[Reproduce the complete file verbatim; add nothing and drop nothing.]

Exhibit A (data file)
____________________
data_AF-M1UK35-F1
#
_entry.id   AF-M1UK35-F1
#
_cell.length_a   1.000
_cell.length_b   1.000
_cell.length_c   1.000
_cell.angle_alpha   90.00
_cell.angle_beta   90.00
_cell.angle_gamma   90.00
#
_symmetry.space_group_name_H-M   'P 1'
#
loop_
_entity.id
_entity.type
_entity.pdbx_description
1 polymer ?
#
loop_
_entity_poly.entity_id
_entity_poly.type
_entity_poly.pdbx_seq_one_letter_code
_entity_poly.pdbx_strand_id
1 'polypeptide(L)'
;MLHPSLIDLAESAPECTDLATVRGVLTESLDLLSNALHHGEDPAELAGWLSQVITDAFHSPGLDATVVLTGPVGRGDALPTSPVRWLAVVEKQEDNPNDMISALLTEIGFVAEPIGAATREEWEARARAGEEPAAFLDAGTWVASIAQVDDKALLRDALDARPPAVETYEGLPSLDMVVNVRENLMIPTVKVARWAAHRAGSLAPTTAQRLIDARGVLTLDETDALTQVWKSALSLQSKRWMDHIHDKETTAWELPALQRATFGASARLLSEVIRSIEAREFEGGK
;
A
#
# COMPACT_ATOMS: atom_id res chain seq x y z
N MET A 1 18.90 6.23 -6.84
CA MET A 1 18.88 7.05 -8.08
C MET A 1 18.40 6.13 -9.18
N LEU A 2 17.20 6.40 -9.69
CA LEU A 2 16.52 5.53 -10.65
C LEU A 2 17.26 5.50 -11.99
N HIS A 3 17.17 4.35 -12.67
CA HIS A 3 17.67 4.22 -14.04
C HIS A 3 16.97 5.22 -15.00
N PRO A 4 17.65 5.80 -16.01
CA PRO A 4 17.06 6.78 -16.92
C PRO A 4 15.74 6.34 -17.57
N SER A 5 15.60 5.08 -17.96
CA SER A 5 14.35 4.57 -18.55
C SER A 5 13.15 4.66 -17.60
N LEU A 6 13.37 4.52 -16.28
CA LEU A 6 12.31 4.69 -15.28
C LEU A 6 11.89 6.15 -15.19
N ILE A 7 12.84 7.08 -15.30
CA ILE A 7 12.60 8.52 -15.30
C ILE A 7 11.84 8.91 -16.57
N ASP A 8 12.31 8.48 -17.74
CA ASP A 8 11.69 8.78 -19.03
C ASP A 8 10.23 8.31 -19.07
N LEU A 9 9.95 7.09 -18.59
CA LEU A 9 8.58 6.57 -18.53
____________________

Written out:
data_AF-M1UK35-F1
#
_entry.id   AF-M1UK35-F1
#
_cell.length_a   1.000
_cell.length_b   1.000
_cell.length_c   1.000
_cell.angle_alpha   90.00
_cell.angle_beta   90.00
_cell.angle_gamma   90.00
#
_symmetry.space_group_name_H-M   'P 1'
#
loop_
_entity.id
_entity.type
_entity.pdbx_description
1 polymer ?
#
loop_
_entity_poly.entity_id
_entity_poly.type
_entity_poly.pdbx_seq_one_letter_code
_entity_poly.pdbx_strand_id
1 'polypeptide(L)'
;MLHPSLIDLAESAPECTDLATVRGVLTESLDLLSNALHHGEDPAELAGWLSQVITDAFHSPGLDATVVLTGPVGRGDALPTSPVRWLAVVEKQEDNPNDMISALLTEIGFVAEPIGAATREEWEARARAGEEPAAFLDAGTWVASIAQVDDKALLRDALDARPPAVETYEGLPSLDMVVNVRENLMIPTVKVARWAAHRAGSLAPTTAQRLIDARGVLTLDETDALTQVWKSALSLQSKRWMDHIHDKETTAWELPALQRATFGASARLLSEVIRSIEAREFEGGK
;
A
#
# COMPACT_ATOMS: atom_id res chain seq x y z
N MET A 1 18.90 6.23 -6.84
CA MET A 1 18.88 7.05 -8.08
C MET A 1 18.40 6.13 -9.18
N LEU A 2 17.20 6.40 -9.69
CA LEU A 2 16.52 5.53 -10.65
C LEU A 2 17.26 5.50 -11.99
N HIS A 3 17.17 4.35 -12.67
CA HIS A 3 17.67 4.22 -14.04
C HIS A 3 16.97 5.22 -15.00
N PRO A 4 17.65 5.80 -16.01
CA PRO A 4 17.06 6.78 -16.92
C PRO A 4 15.74 6.34 -17.57
N SER A 5 15.60 5.08 -17.96
CA SER A 5 14.35 4.57 -18.55
C SER A 5 13.15 4.66 -17.60
N LEU A 6 13.37 4.52 -16.28
CA LEU A 6 12.31 4.69 -15.28
C LEU A 6 11.89 6.15 -15.19
N ILE A 7 12.84 7.08 -15.30
CA ILE A 7 12.60 8.52 -15.30
C ILE A 7 11.84 8.91 -16.57
N ASP A 8 12.31 8.48 -17.74
CA ASP A 8 11.69 8.78 -19.03
C ASP A 8 10.23 8.31 -19.07
N LEU A 9 9.95 7.09 -18.59
CA LEU A 9 8.58 6.57 -18.53